“When you join a university your freshman year, it’s a transitional phase into a post-secondary campus,” Trevino said. “When you come into campus, grades are number one.”

    Lambda Theta Alpha President Anabel Galvan said that a lack of publicity makes the sororities and fraternities of MGC less visible to incoming freshman.

    “The women going through recruitment are usually unaware of our council and our sororities,” Galvan said. “They do not know who we are or that we even exist because they are just learning about the houses they are visiting and not the entire Greek community.”

    Jacquez said that while having low numbers may mean Fraternity and Sorority Life may one day not recognize Chi Upsilon Sigma or Lambda Theta Alpha as a full-fledged student organization, the university administration understands the predicament minority organizations may be in at a private institution like TCU.

    “They understand our situation and how we are different,” she said. “I guess TCU has always seen the impact we make on the community, how we add to diversity.”

    Lambda Theta Alpha Vice President Karina Nieto said that despite the setbacks of having just a few members, the positives of being in a sorority within the MGC outweigh the negatives.

    “With the MGC we are a close-knit community. Everyone knows everyone,” the junior movement science major said. “We’re all willing to help out no matter who it is.”

    Trevino said that her sorority’s focus is on professionalism and successfulness and less on social aspects, which helps separate them from other Greek organizations.

    “We do definitely want to have a large base of women, but at the same time, we need to be academic and professional leaders on campus,” she said. “We pertain to outside the social realm.”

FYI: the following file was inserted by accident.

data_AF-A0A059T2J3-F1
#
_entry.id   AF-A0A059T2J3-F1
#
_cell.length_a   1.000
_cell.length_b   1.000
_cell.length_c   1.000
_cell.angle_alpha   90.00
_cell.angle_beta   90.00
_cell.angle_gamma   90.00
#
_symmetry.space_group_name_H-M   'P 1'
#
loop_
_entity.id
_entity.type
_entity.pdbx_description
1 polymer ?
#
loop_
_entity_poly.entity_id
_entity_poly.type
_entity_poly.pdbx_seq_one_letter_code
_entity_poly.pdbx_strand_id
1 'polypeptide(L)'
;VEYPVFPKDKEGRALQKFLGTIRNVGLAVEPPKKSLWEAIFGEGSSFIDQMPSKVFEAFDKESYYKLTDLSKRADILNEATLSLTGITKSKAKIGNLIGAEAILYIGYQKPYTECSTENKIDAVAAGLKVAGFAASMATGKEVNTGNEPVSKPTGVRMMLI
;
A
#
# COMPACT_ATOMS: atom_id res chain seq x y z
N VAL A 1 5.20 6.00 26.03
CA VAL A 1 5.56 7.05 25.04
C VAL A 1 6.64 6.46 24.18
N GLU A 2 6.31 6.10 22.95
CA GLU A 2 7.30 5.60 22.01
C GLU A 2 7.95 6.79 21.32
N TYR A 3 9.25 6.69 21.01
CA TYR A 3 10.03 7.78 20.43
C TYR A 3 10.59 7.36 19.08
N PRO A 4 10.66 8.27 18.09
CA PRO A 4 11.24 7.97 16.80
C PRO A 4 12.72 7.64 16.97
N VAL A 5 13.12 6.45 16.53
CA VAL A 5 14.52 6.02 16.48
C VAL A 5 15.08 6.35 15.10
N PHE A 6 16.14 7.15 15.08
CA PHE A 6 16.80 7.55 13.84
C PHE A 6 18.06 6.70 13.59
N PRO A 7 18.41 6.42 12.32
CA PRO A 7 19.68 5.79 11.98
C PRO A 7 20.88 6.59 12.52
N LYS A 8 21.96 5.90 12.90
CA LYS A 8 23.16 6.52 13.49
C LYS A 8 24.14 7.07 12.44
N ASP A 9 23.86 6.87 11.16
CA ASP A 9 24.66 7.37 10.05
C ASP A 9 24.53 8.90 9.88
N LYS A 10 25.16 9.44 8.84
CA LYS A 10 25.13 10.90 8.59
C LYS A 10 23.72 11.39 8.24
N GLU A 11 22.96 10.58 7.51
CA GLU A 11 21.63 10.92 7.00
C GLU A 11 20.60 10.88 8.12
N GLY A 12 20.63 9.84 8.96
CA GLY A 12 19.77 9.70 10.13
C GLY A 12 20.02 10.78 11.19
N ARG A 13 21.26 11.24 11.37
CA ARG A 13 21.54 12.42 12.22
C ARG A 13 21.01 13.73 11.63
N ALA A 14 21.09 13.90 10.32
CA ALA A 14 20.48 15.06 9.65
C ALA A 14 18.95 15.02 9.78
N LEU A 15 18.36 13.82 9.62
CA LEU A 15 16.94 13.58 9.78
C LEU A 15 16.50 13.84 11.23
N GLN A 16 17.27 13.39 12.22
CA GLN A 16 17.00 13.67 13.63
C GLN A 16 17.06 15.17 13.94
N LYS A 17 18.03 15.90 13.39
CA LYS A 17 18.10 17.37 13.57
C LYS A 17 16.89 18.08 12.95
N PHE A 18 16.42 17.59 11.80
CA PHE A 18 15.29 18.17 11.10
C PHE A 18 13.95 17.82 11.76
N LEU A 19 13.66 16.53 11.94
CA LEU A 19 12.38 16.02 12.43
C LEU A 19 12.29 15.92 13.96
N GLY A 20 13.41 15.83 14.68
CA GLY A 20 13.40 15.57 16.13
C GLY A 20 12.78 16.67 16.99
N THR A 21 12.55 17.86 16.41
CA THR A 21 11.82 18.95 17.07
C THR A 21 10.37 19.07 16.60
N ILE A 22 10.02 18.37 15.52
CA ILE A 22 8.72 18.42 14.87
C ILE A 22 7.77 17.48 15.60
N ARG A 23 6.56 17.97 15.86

According to the Spring 2012 TCU Fraternity and Sorority Grade Report, Chi Upsilon Sigma led all Greek organizations in Average Active Member’s GPA at 3.773. That number is higher than any Interfraternity Council or Panhellenic Council member and is .334 points higher than it’s closest Greek organization competitor.

    Jacquez said it is a common misconception that all MGC fraternities and sororities only accept students of Latino or minority descent.

    “Latin Sorority is in our name, but we’re multicultural,” she said. “We’re very diverse. We have sisters of all backgrounds, and anyone is welcome.”

    Jacquez said that while numbers can be important, they are not the defining characteristic of a sorority.

    “We have the passion and presence in one woman as an organization or chapter with 10, 15, 20,” she said. “We are that headstrong, that passionate.”

    Trevino said that the main thing that separates the MGC organizations from the IFC or PHC organization is the diversified yet unified students that comprise them.

    “We are not a homogenous group,” she said. “We are so different, but at the same time because our values are so similar from all of our council’s organizations, it’s wonderful.”

    Although membership numbers may be low for these Greek organizations, members said they are confident that they will remain on campus because of the impact they make at the university. They said they believe smaller numbers allow them to know what true sisterhood is.

    Galvan said that having a smaller group of people ensures that they get to know one another on a level that may not be seen in the more traditional Greek lifestyle and that by the end of their time at TCU they will have created bonds that will last a lifetime.

    “Being a part of a smaller organization ensures a personal bond and relationship with the members of the organization,” she said. “We are sisters that will always be there for each other through the good and the bad.”

    For more information on Chi Upsilon Sigma, visit its chapter websitenational website or contact them at Alpha.zeta@justbecus.org.

    For more information on Lambda Theta Alpha, visit its chapter website or national website.